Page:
“Voice! Voice! Voice!” opera’s Old Believers cry, as if the great tutti frutti of art forms ran on just one thing. In truth, general audiences care just as much about window dressing. Birgit Nilsson and Franco Corelli move on, irreplaceable, but do the masses abandon Turandot? Not if you give ’em the old razzle-dazzle, as the Met makes it its business to do. Hence the recent box-office bonanza of a Philip Glass blockbuster that takes three long acts to tell no story about a pharaoh of whom most of the public knows next to nothing.
First performed in Stuttgart in 1984, Akhnaten reached the Met stage in 2019 in a production by Phelim McDermott, who stitches deluxe textiles, costume jewelry, and barrels of bric-à-brac into a glacial, gorgeous ceremonial. Broadcast live that season on November 23, the video quickly rose to the top of the hit parade on the company’s streaming archive—and has stayed there. The title character has yet to sing a note when attendant jugglers lay down their balls and ninepins, unwrap his naked body from the shroud he sleeps in, and encase him in a hieratic, wasp-waisted Robe of State fit for the Virgin Queen. Onstage, sometimes doing nothing at all is the really hard part.
A radical anti-documentary, Akhnaten completes Glass’s “Portrait Trilogy” of operas dedicated to historic disrupters. The driving force behind Einstein On the Beach (1976) is the Theory of Relativity; that of Satyagraha (1981), Gandhi’s idea of nonviolent resistance to injustice. The bee in Akhnaten’s bonnet is the doctrine of a single god—Aten, the sun. Claiming Aten as his father, Akhnaten swept aside Egypt’s ancient pantheon, but the new religion died with him, done in by the priests and the generals. For the purposes of this opera, to know this is to know all. Most of the text is in dead languages, sung without subtitles.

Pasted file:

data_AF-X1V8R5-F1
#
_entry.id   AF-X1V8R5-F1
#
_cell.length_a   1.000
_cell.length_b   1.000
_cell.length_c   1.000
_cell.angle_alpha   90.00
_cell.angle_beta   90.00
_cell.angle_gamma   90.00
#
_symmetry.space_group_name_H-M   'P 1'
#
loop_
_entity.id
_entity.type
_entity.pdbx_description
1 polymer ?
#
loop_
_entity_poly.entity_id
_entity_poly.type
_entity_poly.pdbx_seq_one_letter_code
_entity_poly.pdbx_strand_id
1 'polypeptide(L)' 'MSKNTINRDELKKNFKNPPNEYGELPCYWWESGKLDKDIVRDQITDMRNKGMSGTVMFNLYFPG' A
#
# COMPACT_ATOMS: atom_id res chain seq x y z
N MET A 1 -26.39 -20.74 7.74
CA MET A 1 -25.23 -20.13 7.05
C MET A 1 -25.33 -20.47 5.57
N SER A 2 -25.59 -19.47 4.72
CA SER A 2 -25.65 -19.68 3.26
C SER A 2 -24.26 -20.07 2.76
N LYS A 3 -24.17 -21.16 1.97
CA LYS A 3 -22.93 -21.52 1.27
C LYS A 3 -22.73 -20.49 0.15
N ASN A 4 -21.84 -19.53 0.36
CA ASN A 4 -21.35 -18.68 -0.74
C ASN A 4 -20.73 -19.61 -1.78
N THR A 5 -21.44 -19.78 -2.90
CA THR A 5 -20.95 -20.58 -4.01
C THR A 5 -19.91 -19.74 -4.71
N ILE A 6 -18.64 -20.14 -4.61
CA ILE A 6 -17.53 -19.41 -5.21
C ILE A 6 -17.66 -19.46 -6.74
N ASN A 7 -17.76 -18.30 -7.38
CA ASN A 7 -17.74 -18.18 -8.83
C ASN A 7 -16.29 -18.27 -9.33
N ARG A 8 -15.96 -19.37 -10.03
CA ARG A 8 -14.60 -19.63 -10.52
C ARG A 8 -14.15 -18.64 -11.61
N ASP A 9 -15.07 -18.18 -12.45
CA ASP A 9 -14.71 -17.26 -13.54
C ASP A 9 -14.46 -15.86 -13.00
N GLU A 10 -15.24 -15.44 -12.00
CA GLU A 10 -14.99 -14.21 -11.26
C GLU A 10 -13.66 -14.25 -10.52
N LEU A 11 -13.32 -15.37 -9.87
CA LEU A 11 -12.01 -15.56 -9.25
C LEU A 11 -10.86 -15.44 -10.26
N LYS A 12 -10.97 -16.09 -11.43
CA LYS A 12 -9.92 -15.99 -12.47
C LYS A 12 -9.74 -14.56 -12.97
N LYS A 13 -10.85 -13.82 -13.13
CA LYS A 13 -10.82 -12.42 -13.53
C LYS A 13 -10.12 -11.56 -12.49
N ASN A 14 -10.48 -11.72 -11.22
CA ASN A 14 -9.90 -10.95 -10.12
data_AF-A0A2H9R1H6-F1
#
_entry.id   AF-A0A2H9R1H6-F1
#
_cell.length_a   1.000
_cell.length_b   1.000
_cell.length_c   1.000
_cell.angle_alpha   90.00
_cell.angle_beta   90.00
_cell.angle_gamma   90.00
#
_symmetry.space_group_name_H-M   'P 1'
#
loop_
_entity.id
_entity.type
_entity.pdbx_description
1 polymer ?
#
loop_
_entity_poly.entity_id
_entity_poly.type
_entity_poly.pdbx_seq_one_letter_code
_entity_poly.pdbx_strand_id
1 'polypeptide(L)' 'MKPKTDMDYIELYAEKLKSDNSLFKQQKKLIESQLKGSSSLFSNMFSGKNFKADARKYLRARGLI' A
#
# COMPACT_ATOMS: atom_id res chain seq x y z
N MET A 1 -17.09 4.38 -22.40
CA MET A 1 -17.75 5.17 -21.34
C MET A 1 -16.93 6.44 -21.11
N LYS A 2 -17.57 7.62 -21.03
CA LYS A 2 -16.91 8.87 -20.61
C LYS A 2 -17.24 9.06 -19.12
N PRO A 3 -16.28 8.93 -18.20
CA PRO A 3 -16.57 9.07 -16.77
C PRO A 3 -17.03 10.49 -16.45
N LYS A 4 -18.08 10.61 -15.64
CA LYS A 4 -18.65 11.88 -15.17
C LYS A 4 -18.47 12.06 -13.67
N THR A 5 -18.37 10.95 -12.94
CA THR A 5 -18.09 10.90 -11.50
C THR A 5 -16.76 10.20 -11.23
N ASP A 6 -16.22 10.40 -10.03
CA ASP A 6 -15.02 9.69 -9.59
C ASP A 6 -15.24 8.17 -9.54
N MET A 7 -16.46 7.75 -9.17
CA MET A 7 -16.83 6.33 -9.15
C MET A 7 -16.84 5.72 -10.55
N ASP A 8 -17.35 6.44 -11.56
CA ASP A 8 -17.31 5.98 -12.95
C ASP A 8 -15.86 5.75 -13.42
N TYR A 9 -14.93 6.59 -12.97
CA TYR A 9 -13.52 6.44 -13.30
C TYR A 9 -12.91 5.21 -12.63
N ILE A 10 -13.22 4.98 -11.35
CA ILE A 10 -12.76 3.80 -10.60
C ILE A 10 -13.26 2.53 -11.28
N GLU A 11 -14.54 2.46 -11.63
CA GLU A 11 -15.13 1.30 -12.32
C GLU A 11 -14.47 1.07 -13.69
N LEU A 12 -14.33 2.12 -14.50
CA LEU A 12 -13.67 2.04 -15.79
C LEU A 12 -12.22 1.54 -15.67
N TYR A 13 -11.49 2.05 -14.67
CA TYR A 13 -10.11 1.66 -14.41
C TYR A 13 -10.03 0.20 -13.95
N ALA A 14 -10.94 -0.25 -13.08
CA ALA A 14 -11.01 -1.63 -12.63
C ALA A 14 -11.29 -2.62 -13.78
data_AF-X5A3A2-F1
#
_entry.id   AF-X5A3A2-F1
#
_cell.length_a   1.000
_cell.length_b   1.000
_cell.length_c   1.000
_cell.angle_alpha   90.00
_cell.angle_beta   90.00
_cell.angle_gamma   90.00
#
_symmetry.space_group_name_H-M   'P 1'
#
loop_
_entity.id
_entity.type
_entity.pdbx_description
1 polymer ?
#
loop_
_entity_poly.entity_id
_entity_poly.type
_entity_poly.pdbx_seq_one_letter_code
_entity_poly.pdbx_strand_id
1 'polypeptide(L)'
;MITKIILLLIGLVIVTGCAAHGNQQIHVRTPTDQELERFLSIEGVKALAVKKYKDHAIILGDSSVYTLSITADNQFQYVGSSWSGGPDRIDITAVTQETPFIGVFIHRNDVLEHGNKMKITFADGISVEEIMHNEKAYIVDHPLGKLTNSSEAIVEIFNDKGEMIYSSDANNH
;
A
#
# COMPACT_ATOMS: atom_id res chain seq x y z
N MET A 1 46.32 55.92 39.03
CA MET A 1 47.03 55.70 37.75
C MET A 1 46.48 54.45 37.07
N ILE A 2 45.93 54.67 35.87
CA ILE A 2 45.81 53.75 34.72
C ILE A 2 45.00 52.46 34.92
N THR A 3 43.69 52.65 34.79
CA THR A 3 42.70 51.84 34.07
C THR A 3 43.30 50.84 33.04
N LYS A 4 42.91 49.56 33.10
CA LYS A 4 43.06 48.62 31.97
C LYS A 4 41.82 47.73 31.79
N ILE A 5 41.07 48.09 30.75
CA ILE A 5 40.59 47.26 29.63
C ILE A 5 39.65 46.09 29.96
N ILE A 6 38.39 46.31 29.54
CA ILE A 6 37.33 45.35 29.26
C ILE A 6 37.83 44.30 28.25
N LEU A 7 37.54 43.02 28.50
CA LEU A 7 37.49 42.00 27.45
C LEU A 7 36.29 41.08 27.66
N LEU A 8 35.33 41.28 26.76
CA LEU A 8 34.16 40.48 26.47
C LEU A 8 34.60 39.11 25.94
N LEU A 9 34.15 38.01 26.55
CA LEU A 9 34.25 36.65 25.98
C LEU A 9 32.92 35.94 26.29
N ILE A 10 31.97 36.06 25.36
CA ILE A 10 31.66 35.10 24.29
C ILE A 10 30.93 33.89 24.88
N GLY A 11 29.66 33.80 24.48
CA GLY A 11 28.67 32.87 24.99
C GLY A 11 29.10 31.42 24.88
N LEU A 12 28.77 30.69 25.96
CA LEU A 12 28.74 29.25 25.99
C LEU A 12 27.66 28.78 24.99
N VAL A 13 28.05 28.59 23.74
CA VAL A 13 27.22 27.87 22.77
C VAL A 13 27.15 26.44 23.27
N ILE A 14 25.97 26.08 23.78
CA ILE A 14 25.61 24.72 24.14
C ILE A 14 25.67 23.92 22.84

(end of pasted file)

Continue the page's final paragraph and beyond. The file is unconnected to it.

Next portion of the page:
As for the music, even listeners long deaf to the composer’s trance idiom may want finally to open their ears to its considerable fascinations. (The hypnotic visual counterpoint introduced by those jugglers is helpful that way.) The vocal component, be it said, offers few of the customary pleasures of song.
The title role demands a countertenor who at moments of peak exposure can pump out the same pitch over and over, in strict time, at identical volume and intensity—fusillades arguably as taxing in their way as the diamantine runs and roulades of Handel. Face smooth as a Noh mask, his mouth shaped in a giant O, Anthony Roth Costanzo fires each note like a javelin dipped in liquid flame.
As Akhnaten’s mother Queen Tye, Dísella Lárusdóttir pings with bell-like accuracy in a more elevated register. As his sister and wife Nefertiti, the mezzo-soprano J’nai Bridges mirrors Costanzo in long lyrical lines she cannot always quite sustain. Michelangelesque (or shall we say Mosaic?) of stature, the bass Zachary James takes the speaking role of Amenhotep III, Akhnaten’s dead father, holding forth in lofty English that rivets even as it mystifies.
A frequent complaint about Glass’s music is that its repetitive rhythms feel robotic. The same has been said of Vivaldi. Under the baton of Karen Kamensek, the crackerjack Met Orchestra lends the nonstop instrumentals elasticity and a heartbeat in moods from elation to despair. It’s in solo passages, especially for brass and winds, that Glass dispenses his most ravishing melodies.
Matthew Gurewitsch writes about opera and classical music for AIR MAIL. He lives in Hawaii